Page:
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Home Theater Sep-11

Home Theater magazine takes the mystery out of home entertainment electronics. Every issue of Home Theater is packed with in-depth coverage of home theater developments in HDTV, DVD and more, previews of hot new products, objective product reviews and comparisons, including specs, ratings and opinions, DVD reviews, technical language translations into English and much, much more! Create an incredible home theater experience with Home Theater!

United States
AVTech Media Americas, Inc.
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a pocketful of pannys

There are a couple of product reviews I’d like to call your attention to in this issue, each noteworthy for different reasons.First and foremost is the special report you’ll find on page 39. It’s our cover story this month, and it’s a review of a Panasonic plasma. Also, another Panasonic plasma.And, yet another Panasonic plasma. Three in all. Face-offs are hardly unknown in these pages, but I’m betting this is the first time you’ve seen three nearly identical HDTVs from the same manufacturer competing for top honors in Home Theater or any other A/V enthusiast publication. No, it’s not something we do normally—and not something I expect we’ll do again anytime soon.Here’s the deal: Ever since Pioneer high-tailed it out of the plasma business about two years ago and abandoned…

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WE WELCOME QUESTIONS AND COMMENTS. E-mail them to htletters@sorc.com. Please note: Be sure to check the FAQ page on our Website (HomeTheater.com) to see if we’ve already answered any questions you might have. Questions about the features and functions of a particular product are best directed to the manufacturer. Questions about what product you should buy are best directed to a dealer who knows all the details of your system, your preferences, and your personal habits. All submissions are considered the exclusive property of Home Theater magazine and Source Interlink Media. Due to the volume of mail that we receive, we regret that we cannot respond to every letter.In Pursuit of DownloadsI may have a situation that many of your readers probably also have. I love high-quality audio playback but…

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premiere design

No Mere CoincidenceKEF Blade LoudspeakerCoaxial and coincident speakers have been around for decades, but no company has taken the concept quite so much to heart and mind as KEF. Most of the British brand’s better loudspeakers feature one version or another of its constantly evolving Uni-Q driver, in which the tweeter is positioned not just over but literally inside the midrange cone, where the two behave like something approximating a true point source. The idea is to deliver all the audio frequencies to your ears at the same moment—minimizing driver interactions in the crossover range for improved sonic imaging and greater realism.Based on five years of research, the new KEF Blade is an extension of work that was first begun for the firm’s Concept Blade, a prototype shown in 2009.…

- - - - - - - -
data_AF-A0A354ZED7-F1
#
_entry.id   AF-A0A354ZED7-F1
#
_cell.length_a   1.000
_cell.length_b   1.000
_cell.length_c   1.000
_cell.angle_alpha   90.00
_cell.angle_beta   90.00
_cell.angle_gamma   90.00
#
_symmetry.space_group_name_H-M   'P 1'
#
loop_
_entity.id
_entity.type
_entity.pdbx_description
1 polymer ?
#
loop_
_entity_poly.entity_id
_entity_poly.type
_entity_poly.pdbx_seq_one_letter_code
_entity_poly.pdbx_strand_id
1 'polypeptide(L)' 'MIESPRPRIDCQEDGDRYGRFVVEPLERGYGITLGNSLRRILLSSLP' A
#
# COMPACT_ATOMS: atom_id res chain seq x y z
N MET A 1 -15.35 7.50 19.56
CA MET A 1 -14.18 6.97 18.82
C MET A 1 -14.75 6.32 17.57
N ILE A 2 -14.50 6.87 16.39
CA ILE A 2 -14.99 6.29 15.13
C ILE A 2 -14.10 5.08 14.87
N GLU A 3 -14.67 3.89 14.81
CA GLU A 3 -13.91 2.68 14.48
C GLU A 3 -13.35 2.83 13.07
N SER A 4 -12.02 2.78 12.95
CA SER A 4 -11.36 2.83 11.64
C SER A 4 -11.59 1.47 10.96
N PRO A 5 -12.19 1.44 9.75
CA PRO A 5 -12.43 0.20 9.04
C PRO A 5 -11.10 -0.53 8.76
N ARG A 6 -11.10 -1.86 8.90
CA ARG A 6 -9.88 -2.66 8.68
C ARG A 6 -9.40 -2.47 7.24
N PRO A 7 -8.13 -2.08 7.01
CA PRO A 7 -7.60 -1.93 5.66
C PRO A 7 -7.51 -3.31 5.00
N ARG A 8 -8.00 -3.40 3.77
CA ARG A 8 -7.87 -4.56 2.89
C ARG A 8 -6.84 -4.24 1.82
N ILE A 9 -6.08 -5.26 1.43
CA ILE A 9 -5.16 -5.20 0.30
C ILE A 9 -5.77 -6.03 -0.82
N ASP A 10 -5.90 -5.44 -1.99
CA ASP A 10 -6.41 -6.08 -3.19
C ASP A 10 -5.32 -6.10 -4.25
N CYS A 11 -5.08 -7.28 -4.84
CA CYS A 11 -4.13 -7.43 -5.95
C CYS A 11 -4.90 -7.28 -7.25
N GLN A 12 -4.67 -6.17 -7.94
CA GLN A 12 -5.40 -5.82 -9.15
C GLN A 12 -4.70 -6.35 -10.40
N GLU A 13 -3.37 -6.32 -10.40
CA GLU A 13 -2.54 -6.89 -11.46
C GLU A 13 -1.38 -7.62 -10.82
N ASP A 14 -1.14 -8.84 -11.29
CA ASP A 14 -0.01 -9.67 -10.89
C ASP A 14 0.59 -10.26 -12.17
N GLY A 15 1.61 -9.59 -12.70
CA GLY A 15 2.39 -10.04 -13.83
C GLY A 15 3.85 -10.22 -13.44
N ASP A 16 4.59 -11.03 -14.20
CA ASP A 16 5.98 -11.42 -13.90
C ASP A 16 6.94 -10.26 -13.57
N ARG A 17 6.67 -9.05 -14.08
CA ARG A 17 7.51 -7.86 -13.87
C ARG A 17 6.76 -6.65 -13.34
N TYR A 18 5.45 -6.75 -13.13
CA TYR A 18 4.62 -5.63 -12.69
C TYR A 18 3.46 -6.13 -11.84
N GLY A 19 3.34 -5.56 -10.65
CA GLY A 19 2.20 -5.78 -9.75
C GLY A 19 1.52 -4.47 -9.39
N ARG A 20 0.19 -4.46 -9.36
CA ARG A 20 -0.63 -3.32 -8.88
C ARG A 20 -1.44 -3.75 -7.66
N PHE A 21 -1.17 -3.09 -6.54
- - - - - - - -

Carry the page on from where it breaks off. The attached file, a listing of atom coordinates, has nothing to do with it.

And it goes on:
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an elite team

The Elite logo hasn’t appeared on a new television since 2009, when Pioneer announced it was leaving the HDTV business and taking its highly regarded Kuro plasmas with it. Now, Elite HDTVs are making a comeback as the result of a collaboration between Pioneer Electronics (USA) and Sharp Electronics Corp—although at press time, the contribution of each was unclear. The name is being used to market a line of high-end 60- and 70-inch LCD HDTVs with advanced features. Among these is a full-array, local-dimming LED-backlit model and a version of Sharp’s previously introduced four-primary-color technology. This adds yellow subpixels to the traditional red, green, and blue for what’s said to be a wider range of colors and a smoother, more detailed picture (thanks to the additional dots used to create…

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this just in

Blockbuster Has Slashed the cost of “just released” disc rentals to $2.99, other new titles to $1.99, and catalog titles to 99 cents. The catch is that the three-day rental period has shrunk to one, with each additional day costing 99 cents—favoring early returners...TiVo Has Upped the cost of its monthly subscription guide from $12.99 to $19.99. Lifetime service, formerly $399, is now $499...The First DTS Neo:X A/V Receiver is Onkyo’s TX-NR1009 ($1,399). Neo:X adapts signals with 2.0, 5.1, 6.1, or 7.1 channels to 9.1 or 11.1 channels, simultaneously adding front-height, front-width, and back-surround channels...Sharp’s Ultra-Resolution Super Hi-Vision LCD HDTV has a resolution of 7,680 by 4,320 pixels spread over 85 inches, a pixel density of 103 per inch. You saw this one coming: For the moment, it’s just a…

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the back panel

August’s Back Panel featured the Parasound Halo P7 seven-channel analog preamplifier, a unique solution that lets two-channel audiophiles enjoy multichannel music and movies through the same chassis by adding a dedicated third-party surround processor or AVR with preamp outs. For more info, go to parasound.com.All branding has been removed from this month’s Back Panel. Recognize the component? Send your guess to editor@hometheater.com; we’ll randomly pick a winner from the correct responses to receive a $50 gift certificate from online retailer headphones.com.…